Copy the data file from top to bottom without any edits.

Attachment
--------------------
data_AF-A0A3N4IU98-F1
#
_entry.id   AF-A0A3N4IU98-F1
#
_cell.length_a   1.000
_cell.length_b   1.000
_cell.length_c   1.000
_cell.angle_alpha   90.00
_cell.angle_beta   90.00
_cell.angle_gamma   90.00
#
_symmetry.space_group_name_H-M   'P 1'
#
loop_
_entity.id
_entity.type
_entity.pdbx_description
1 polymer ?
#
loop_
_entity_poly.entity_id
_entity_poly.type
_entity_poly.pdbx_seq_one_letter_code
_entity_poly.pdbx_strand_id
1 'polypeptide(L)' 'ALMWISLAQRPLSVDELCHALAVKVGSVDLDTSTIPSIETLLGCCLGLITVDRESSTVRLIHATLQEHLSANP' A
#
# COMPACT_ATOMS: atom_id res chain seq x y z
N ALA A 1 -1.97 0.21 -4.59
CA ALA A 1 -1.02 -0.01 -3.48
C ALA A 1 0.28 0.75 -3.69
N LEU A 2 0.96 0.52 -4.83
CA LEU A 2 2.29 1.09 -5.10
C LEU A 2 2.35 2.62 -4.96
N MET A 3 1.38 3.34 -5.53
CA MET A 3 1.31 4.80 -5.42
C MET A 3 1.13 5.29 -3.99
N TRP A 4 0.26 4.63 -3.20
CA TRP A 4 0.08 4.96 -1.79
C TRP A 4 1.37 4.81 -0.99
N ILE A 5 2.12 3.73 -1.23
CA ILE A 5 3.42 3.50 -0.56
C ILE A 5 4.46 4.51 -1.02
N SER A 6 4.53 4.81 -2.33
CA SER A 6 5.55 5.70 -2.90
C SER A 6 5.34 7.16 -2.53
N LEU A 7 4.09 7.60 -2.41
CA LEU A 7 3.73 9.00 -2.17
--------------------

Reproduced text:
data_AF-A0A3N4IU98-F1
#
_entry.id   AF-A0A3N4IU98-F1
#
_cell.length_a   1.000
_cell.length_b   1.000
_cell.length_c   1.000
_cell.angle_alpha   90.00
_cell.angle_beta   90.00
_cell.angle_gamma   90.00
#
_symmetry.space_group_name_H-M   'P 1'
#
loop_
_entity.id
_entity.type
_entity.pdbx_description
1 polymer ?
#
loop_
_entity_poly.entity_id
_entity_poly.type
_entity_poly.pdbx_seq_one_letter_code
_entity_poly.pdbx_strand_id
1 'polypeptide(L)' 'ALMWISLAQRPLSVDELCHALAVKVGSVDLDTSTIPSIETLLGCCLGLITVDRESSTVRLIHATLQEHLSANP' A
#
# COMPACT_ATOMS: atom_id res chain seq x y z
N ALA A 1 -1.97 0.21 -4.59
CA ALA A 1 -1.02 -0.01 -3.48
C ALA A 1 0.28 0.75 -3.69
N LEU A 2 0.96 0.52 -4.83
CA LEU A 2 2.29 1.09 -5.10
C LEU A 2 2.35 2.62 -4.96
N MET A 3 1.38 3.34 -5.53
CA MET A 3 1.31 4.80 -5.42
C MET A 3 1.13 5.29 -3.99
N TRP A 4 0.26 4.63 -3.20
CA TRP A 4 0.08 4.96 -1.79
C TRP A 4 1.37 4.81 -0.99
N ILE A 5 2.12 3.73 -1.23
CA ILE A 5 3.42 3.50 -0.56
C ILE A 5 4.46 4.51 -1.02
N SER A 6 4.53 4.81 -2.33
CA SER A 6 5.55 5.70 -2.90
C SER A 6 5.34 7.16 -2.53
N LEU A 7 4.09 7.60 -2.41
CA LEU A 7 3.73 9.00 -2.17